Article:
ETHDenver May Appear Awkward Because Ethereum Has a Strong and Supportive community
This weekend brings the end of ETHDenver, an essential event for those who work in smart contract and DeFi on Ethereum and other platforms. I regret not being able to attend this year, as I’m still recuperating from four months of creating awesome projects and uncovering wrongdoers.
Thankfully, there are plenty of people who have recorded parts of the event so I can experience it through them. Unfortunately, some of these posts seem to be making fun of ETHDenver or expressing bewilderment at what is happening.
Do Kwon’s thinking may appear foolish and chaotic, but the truth is ETHDenver has gathered a legitimate community that are passionate about working together to create something from scratch. This type of collective will be able to survive during tough times in the crypto world, like what we’re experiencing right now.
It’s also a subtle way of showing that many of these people are too wealthy to care what others think.
It’s fashionable to cringe
ETHDenver and associated events can appear somewhat careless and really odd. For example, every year Jonathan Mann, also known as “The Song a Day Guy” contributes his own comical, slightly inexperienced songs to the gathering – causing people on Twitter to make fun of him.
However, ETHDenver had more than just a silly song to make attendees feel uneasy!
Last year, the event was held in a renovated parking garage where some of the bathrooms were either completely or partly out of service. Additionally, many in the ground floor seating area couldn’t see the main stage and it was hard to hear speakers due to people talking at the back of the room. Every now and then, an abundance of pizzas would be delivered upstairs resulting in long lines that almost blocked off pathways.
ETHDenver stands out from other crypto events in the public eye, having the same edge and energy as a great punk rock or hip hop show. It maintains its “do-it-yourself” atmosphere despite marketing firms and large budgets becoming more prevalent in crypto events. ETHDenver is based on ethos rather than ROI, and the flaws are seen as an advantage instead of a problem.
People who are financially-minded may not have a good impression of the Ethereum ecosystem when they see co-founder Vitalik Buterin doing the badger dance.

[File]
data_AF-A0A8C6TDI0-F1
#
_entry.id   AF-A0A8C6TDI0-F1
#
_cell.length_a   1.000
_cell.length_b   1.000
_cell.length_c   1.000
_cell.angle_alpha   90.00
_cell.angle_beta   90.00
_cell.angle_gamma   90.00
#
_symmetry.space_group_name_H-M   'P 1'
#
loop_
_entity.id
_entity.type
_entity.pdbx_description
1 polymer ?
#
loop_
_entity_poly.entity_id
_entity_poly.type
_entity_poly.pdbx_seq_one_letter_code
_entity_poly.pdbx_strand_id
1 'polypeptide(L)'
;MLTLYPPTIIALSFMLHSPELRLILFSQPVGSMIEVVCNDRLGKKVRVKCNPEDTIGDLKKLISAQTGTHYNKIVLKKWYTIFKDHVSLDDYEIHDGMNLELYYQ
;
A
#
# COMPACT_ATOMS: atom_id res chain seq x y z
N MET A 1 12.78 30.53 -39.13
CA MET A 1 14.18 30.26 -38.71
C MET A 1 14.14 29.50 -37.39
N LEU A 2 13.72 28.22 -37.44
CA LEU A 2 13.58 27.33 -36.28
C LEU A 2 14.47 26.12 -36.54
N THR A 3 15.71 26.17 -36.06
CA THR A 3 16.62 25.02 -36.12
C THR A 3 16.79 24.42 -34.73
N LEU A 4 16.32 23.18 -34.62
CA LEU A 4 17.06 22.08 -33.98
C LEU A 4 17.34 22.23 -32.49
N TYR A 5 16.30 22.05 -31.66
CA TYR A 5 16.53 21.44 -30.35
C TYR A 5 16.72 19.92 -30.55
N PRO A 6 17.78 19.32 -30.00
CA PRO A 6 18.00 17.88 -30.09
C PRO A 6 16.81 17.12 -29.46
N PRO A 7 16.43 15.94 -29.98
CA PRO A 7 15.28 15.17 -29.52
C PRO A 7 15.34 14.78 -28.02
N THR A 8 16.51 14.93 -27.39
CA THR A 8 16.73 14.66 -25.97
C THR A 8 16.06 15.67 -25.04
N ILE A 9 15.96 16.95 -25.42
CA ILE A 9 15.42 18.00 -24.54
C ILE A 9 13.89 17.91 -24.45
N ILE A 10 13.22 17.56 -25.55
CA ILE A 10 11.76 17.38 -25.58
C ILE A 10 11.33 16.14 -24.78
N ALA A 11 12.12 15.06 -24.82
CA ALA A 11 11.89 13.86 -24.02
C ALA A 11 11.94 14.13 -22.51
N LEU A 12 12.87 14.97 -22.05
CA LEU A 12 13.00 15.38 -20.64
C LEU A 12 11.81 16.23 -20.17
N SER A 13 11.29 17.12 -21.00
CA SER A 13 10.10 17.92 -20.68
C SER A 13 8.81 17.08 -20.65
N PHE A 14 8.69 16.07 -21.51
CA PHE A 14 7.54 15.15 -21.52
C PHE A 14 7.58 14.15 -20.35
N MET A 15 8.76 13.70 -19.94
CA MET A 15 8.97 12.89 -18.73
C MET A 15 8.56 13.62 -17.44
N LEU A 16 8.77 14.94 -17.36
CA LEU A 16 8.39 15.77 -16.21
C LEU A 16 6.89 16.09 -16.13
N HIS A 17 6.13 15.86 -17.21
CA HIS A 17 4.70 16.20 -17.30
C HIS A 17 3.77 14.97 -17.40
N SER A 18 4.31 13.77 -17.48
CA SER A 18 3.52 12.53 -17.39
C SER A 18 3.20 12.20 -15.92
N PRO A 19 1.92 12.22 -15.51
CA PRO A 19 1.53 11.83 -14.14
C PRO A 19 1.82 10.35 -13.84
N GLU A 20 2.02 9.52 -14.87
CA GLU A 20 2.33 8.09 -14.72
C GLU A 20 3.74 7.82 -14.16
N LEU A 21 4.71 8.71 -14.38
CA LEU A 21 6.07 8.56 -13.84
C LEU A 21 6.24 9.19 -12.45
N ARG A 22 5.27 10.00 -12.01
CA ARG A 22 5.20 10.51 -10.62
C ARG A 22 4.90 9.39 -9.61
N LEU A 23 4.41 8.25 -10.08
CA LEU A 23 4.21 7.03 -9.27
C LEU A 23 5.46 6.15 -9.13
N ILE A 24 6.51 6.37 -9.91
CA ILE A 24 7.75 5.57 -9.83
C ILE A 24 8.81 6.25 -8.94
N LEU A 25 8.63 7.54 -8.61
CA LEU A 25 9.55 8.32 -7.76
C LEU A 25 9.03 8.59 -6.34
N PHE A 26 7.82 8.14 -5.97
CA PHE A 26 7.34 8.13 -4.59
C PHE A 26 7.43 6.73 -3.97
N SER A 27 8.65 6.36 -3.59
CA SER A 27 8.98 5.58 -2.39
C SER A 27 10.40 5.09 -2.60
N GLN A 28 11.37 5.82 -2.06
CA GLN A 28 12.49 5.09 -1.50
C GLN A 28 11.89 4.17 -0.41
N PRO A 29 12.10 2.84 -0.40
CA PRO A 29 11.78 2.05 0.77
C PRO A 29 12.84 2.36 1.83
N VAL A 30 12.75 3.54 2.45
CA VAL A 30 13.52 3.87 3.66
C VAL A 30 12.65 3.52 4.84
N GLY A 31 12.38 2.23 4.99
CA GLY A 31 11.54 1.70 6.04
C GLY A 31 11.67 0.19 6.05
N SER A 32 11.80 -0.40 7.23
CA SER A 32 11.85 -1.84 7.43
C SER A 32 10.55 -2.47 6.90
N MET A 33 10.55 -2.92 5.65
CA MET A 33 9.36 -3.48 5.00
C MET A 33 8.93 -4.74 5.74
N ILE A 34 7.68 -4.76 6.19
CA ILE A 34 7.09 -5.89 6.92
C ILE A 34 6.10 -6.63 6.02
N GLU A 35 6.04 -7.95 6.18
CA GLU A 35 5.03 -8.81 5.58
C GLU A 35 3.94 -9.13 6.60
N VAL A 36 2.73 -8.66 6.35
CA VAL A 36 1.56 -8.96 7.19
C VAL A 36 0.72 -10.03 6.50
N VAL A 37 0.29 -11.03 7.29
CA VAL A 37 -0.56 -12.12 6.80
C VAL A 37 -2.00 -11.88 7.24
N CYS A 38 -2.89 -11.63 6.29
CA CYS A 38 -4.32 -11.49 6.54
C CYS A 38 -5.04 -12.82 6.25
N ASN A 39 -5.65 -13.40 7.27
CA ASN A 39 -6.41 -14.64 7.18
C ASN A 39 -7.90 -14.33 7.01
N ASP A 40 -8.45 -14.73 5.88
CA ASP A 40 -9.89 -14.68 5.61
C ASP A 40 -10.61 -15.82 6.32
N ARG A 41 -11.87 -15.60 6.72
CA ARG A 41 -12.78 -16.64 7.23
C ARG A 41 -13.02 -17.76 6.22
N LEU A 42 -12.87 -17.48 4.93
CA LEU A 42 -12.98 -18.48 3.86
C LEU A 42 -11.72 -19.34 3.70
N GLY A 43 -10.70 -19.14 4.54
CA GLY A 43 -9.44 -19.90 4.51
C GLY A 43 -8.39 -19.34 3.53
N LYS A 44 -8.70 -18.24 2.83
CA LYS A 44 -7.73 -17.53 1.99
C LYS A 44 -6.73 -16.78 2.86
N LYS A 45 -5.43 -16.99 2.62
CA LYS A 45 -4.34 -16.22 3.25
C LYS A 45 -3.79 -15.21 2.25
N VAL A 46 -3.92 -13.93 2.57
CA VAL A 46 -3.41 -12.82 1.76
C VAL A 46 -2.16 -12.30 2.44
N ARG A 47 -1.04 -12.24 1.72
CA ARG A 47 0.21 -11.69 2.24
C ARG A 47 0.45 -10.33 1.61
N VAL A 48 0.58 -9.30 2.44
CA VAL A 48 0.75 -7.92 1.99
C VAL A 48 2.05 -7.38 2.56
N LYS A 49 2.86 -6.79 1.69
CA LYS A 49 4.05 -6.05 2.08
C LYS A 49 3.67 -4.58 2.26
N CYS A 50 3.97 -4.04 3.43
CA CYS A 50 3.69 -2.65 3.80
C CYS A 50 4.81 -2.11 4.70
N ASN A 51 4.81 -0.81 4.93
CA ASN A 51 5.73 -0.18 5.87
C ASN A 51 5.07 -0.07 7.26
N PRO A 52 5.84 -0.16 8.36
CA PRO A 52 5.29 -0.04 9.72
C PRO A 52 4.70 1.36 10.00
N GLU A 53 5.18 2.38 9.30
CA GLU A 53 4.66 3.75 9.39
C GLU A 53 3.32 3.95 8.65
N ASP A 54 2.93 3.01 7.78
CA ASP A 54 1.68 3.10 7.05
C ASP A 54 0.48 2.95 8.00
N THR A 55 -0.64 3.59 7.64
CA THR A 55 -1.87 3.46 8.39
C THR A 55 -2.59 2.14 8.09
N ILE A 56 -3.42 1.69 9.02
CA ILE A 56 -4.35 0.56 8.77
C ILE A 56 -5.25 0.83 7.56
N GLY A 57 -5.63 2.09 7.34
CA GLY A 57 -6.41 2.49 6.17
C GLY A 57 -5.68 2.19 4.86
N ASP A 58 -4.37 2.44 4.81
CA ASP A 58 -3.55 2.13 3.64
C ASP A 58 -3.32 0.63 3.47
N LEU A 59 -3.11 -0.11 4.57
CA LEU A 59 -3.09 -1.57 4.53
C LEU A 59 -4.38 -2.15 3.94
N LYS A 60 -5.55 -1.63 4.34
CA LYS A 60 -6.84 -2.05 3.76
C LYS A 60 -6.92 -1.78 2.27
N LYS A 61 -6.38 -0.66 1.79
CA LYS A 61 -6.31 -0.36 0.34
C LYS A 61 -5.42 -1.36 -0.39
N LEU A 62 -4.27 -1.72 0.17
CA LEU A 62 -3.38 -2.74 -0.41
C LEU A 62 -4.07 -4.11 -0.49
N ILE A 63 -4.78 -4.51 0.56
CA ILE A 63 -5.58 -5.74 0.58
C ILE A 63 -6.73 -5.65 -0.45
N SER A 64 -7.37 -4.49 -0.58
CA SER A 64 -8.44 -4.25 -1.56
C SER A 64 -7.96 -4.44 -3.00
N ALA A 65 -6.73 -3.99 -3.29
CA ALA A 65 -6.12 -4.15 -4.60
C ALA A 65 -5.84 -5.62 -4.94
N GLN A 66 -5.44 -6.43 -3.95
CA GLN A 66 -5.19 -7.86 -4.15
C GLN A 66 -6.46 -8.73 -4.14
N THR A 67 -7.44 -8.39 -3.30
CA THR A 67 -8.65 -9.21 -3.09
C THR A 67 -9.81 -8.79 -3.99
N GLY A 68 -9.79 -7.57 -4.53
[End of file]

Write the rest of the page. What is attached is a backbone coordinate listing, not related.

However, this is intentional because it helps create an atmosphere that separates those who belong in the Ethereum circle from “normies” who do not. The Ethereans are unfazed by this and consider it similar to a punk show where only certain people can be part of the experience.
It is a good thing that these individuals who made risky investments in fraudulent schemes and untrustworthy people during 2021 are now facing the consequences. If you do not comprehend their behaviour, it implies you have no grasp of what is happening either.
Being unbothered by outward appearances in an industry that has a great deal of money at stake could be the most confident and assertive decision one can make.
“You think I give a f**k if you think I’m cringe? … I am a chad! I am the ballsiest man alive, to go on stage and sing a Disney song with my wife!”– crypto satirist Gabriel Haines
Having a billion dollars is awesome
The people at ETHDenver don’t feel the need to be particularly accessible or attractive to outsiders because they already have a strong network and are already working together well.
Additionally, many of them have been involved in crypto and Ethereum for a long time and now possess significant wealth, which makes wild fluctuations in the market relatively insignificant. This means that they can easily reject offers from venture capitalists without any real consequences.
Crypto events over the last three years have been highly orchestrated with the goal of creating a quick buzz. Arthur Hayes’s decision to park three rented Lambos outside CoinDesk’s Consensus conference in 2018 was intended as a sarcastic statement; however, it was not well-received and has since become an expected occurrence at many of crypto’s major events.
Many crypto conferences can be compared to the deceitful tactics of people like Tai Lopez, who make money by selling false promises of achieving riches to others at a high cost. The flashy production at these events often gives off an impression of success, which is funded by venture capital instead of actual accomplishments. Often more time and energy is spent on creating a false perception than on developing something useful. These activities may lead to real partnerships and growth, or they may just be strategies for quick profit-making.
Asking for money constantly is highly embarrassing, and one must work hard to create the right image and spin each situation. However, ETHDenver is a refreshing exception, making it an impressive experience.